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call of Thistlewood, were hastily put- defences of their counsel, the Jury, ting out the lights. Thus prepared in a case of such manifest and atrofor the mortal combat, they rushed cious guilt, made no hesitation in findto meet the officers; and Thistlewood ing a verdict against them to the full thrust his sword into the body of one, extent of the charge. (Smithers) who instantly expired. What connexion, or whether any, The troops now rushed in, and a des. this daring attempt had with the disperate conflict ensued in the dark; contents fermenting in the provinces, during which, Captain F. had nearly does not seem very well ascertained. received the pistol-shot of one of the Certain it is, that at this time, the assassins. Thistlewood made his way malcontents entered very extensivedown the stair, and escaped ; but ly into the determination to throw off nine were seized; among whom were all appearances, and to raise the standIngs, Tidd, and Davidson, three ring- ard of open insurrection. For some leaders; the rest leaped out of the months, preparations for this issue window behind, and escaped over had been almost publicly makingwalls, and through obscure passages. midniglit drillings took place through
The most active exertions of the out all the disturbed districts-popupolice were now directed to the ap- lar meetings were entered and quitted prehension of Thistlewood; and on in the military step-pikes were mathe following morning he was traced nufactured-and supplies of fire-arms by Lavender and Bishop to an ob- procured from every quarter. scure house in White-street, Little The centre of disturbance, as to Moorfields. There, having lulled him, England, lay among the woollen maself into a belief of his own safety, he nufacturers in the Western Riding of was found lying securely in bed, and Yorkshire; particularly about Leeds, was obliged to surrender without re- Wakefield, and Huddersfield. From sistance.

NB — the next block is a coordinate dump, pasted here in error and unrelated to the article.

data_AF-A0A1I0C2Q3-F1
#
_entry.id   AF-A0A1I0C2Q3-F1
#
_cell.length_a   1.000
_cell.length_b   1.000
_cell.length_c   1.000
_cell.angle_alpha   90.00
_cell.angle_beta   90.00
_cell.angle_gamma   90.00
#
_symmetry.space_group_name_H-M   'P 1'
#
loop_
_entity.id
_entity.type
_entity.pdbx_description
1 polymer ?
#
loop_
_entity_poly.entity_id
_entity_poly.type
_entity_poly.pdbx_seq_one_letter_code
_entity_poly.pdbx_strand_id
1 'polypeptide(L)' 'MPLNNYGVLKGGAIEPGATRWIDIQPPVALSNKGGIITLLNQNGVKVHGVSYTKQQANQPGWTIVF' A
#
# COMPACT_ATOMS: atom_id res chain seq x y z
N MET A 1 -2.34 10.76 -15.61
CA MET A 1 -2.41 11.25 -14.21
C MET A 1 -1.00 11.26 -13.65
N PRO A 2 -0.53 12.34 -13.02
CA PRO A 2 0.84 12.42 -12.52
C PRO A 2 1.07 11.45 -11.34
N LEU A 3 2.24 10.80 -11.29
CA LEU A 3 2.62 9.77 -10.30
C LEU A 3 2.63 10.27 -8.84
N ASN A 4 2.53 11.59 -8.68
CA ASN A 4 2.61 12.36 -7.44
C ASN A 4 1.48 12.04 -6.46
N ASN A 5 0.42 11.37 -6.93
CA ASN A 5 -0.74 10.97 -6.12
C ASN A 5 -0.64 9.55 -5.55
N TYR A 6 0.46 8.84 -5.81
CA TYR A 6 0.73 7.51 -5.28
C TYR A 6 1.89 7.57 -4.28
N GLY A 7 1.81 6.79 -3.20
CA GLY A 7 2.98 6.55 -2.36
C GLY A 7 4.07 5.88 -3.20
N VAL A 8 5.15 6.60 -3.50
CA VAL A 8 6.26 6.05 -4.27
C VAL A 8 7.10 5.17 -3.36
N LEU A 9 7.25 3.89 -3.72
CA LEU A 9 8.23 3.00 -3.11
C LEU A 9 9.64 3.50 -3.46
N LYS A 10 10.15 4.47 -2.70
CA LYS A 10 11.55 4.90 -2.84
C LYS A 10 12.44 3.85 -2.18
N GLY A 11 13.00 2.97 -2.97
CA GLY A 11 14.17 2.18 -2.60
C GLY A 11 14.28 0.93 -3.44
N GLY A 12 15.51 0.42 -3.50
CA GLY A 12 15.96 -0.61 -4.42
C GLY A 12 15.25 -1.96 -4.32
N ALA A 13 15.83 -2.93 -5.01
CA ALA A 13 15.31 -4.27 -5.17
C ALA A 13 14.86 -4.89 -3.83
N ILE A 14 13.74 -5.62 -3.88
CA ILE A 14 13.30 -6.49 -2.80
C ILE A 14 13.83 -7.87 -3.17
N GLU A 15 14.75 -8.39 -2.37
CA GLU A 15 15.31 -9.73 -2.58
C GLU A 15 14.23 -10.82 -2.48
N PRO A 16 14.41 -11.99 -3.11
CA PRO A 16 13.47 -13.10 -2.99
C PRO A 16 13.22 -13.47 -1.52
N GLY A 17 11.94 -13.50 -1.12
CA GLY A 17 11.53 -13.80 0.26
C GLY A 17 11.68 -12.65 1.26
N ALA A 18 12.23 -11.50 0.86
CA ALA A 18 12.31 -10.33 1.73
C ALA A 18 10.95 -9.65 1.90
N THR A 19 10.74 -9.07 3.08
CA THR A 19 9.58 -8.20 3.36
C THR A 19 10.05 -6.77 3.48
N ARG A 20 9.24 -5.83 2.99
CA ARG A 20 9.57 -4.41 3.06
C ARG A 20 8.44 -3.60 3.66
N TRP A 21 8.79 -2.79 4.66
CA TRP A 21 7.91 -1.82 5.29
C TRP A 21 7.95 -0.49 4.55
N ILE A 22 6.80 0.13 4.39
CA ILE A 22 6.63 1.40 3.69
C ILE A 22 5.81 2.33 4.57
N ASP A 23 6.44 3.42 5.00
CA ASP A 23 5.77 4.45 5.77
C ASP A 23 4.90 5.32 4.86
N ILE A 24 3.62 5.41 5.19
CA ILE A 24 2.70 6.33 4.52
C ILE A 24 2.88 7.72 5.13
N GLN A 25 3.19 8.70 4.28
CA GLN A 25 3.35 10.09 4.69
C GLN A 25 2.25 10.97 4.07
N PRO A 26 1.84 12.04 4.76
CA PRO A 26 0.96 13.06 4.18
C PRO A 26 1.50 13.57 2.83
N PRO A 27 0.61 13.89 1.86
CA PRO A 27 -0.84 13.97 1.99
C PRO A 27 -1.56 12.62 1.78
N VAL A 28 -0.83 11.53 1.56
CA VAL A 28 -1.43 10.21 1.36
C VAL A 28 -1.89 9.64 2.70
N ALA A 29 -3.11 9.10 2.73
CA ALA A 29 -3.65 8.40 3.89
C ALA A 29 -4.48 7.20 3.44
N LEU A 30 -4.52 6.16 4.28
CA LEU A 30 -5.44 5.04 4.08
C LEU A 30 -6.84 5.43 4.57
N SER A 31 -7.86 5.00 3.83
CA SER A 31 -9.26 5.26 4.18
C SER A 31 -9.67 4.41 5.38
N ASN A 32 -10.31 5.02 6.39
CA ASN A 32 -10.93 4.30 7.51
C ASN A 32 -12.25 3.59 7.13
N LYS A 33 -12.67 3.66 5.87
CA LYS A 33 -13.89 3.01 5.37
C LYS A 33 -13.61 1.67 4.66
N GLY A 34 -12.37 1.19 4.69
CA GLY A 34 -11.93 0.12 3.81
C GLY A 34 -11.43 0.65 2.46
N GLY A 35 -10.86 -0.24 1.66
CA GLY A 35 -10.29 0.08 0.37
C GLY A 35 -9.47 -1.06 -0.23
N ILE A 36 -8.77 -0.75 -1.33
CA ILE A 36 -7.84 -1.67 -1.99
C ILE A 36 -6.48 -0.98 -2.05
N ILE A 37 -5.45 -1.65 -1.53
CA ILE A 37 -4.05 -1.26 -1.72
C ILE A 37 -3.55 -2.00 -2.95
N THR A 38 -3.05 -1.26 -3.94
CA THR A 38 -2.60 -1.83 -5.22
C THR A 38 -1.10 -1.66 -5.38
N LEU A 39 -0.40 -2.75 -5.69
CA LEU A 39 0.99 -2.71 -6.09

the 31st March to the 3. April, the On the same morning, Brunt, an- inhabitants were disturbed by small other of the most active agents, was armed detachments traversing the arrested at his own house. It was sa- country, and even approaching the tisfactory to observe, that as the towns, though they did not venture conspirators were carried along the to face the military. At length, it bestreets, sympathy in their favour seem- came generally understood, that on ed scarcely in any instance excited; the night of Tuesday the 3d, a geneand, in general, unequivocal horror was ral union was to take place, and a expressed of the crime which they desperate attempt made to possess had meditated.
themselves of Huddersfield. A meetThe leading conspirators being thus ing was held of the principal inhabisecured, no time was lost in bringing tants of that town-the armed assothem to trial. The great technical ciation was called out—the entrances difficulties, which by the legitimate barricaded--and Huddersfield exhijealousy of the English law attend bited all the appearances of a besiethe proof of treason, obliged the law- ged place. During the night, paofficers to secure conviction, by call- troles employed to scour the country ing in the murder of Smithers; and brought intelligence that armed pareven to avail themselves of the act ties were moving from all points in against cutting and maiming. Not- the direction of Grangemoor, a large withstanding, however, the ingenious plain about six miles from Hudders. field, and half way on the road to months it had been understood, that Wakefield. Thither, accordingly, was union societies, connected with those dispatched a small body of troops, in England, had been very activeconsisting partly of Irish dragoon that secret drillings were carried on guards, and partly of yeomanry.